1. Victor wants to...
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Questions and Answers: Because My Father Always Said He was the only Indian who saw Jimi Hendrix Play ‘The Star Spangled Banner’ at Woodstock and This is What it Means to Say Phoenix, Arizona
1. Which role does music play in Victor’s childhood?
2. Why does Victor agree to accept help from Thomas, and how is his decision significant to “This is What it Means to Say Phoenix, Arizona”?
3. How are Victor’s and Thomas’s attitudes toward their Native American identity different?
4. To what extent are these attitudes changed or resolved by the end of these stories?
5. How do childhood memories affect the meaning of both stories?
1. Experience of music brings the family together despite the conflicts that often divide them. Victor associates Jimi Hendrix’s music in particular with moments of connection or...
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Questions and Answers: Amusements and A Train is an Order of Occurrence Designed to Lead to Some Result
1. What are the apparent motivations for the humiliation of Dirty Joe?
2. What does the imagery during the roller coaster ride suggest about the moral judgment of Victor and Sadie?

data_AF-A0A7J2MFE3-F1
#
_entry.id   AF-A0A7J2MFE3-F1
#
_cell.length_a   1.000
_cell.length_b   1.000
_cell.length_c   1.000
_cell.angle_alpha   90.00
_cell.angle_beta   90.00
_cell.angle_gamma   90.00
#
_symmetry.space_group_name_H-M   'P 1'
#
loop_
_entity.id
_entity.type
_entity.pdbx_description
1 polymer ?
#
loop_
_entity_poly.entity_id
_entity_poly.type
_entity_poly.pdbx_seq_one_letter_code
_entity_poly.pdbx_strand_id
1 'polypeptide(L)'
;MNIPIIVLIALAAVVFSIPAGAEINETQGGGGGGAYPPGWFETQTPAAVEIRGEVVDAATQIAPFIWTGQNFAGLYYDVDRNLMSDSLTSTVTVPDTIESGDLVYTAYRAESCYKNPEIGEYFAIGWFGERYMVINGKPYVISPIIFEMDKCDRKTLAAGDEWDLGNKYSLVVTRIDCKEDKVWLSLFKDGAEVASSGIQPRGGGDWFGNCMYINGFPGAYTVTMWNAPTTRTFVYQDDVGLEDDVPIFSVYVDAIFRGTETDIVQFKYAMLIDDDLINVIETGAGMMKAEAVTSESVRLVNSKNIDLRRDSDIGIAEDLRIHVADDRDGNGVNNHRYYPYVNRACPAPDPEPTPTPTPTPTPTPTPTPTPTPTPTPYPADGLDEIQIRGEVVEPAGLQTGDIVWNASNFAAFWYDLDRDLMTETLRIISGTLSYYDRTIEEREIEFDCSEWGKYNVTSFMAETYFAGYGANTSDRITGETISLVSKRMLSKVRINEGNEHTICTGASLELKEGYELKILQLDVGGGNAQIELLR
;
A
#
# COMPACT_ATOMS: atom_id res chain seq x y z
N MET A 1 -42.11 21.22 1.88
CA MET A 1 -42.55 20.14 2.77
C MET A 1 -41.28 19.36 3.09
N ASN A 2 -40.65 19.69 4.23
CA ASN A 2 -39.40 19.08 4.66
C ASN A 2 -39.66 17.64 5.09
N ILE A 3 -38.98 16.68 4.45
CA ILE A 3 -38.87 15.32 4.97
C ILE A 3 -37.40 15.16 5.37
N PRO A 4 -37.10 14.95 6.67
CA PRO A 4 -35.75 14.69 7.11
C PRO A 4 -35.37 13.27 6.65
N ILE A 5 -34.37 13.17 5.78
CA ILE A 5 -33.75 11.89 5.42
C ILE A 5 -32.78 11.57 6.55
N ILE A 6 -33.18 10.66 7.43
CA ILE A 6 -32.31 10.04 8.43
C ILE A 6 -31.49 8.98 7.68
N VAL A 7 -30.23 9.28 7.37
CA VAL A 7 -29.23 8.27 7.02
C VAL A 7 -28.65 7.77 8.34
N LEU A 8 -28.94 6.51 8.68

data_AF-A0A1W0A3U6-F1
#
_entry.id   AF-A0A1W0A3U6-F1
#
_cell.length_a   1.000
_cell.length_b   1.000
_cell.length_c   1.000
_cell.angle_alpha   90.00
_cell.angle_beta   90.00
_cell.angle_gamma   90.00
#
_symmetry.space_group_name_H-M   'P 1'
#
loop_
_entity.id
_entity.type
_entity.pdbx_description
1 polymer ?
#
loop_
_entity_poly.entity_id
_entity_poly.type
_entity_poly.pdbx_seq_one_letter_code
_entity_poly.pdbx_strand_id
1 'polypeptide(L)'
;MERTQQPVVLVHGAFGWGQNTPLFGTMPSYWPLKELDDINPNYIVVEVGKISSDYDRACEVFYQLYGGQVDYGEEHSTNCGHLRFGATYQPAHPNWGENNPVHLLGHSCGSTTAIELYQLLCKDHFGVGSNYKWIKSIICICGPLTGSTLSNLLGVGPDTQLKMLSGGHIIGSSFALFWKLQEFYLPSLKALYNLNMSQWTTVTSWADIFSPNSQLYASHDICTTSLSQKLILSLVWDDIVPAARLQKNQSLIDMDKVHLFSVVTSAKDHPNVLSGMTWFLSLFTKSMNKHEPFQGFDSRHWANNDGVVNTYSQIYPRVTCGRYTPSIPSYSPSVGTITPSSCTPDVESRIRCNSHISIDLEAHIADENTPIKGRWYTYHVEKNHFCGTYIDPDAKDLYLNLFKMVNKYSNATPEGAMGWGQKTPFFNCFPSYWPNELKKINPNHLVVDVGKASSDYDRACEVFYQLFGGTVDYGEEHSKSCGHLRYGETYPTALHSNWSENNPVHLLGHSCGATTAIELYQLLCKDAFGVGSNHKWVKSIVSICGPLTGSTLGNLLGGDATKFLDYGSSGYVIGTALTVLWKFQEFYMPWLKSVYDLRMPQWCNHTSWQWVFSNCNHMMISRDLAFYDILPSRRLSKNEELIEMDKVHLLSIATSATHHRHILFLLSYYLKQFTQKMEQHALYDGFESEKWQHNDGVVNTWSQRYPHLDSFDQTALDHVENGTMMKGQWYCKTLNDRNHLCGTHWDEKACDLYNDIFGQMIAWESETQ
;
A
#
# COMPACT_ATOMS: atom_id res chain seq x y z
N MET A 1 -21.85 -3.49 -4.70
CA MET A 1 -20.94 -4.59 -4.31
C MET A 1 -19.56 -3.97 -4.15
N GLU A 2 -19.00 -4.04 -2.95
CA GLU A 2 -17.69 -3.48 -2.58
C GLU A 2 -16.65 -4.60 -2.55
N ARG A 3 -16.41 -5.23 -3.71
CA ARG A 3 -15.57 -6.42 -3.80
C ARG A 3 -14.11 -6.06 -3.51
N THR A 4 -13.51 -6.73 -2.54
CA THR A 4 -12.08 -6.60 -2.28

3. What are the implications of the final scene of Victor in the fun house for the themes of “Amusements”?
4. Why is Samuel’s isolation particularly tragic?
5. How is the “craziness” of both white and Native American cultures compared in “A Train is an Order of Occurrence Designed to Lead to Some Result”
1. Victor and Sadie are afraid of sharing Dirty Joe’s shame; they decide to betray Joe and join in the disapproval of the white crowd....
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Questions and Answers: The Fun House, A Good Story and The First Annual All-Indian Horseshoe Pitch and Barbecue
1. What does the beaded dress symbolize in "The Fun House"?
2. What do the struggles and triumphs of the Aunt demonstrate about women’s roles?
3. Why does the mother in "A Good Story" ask her son to tell “a good story"?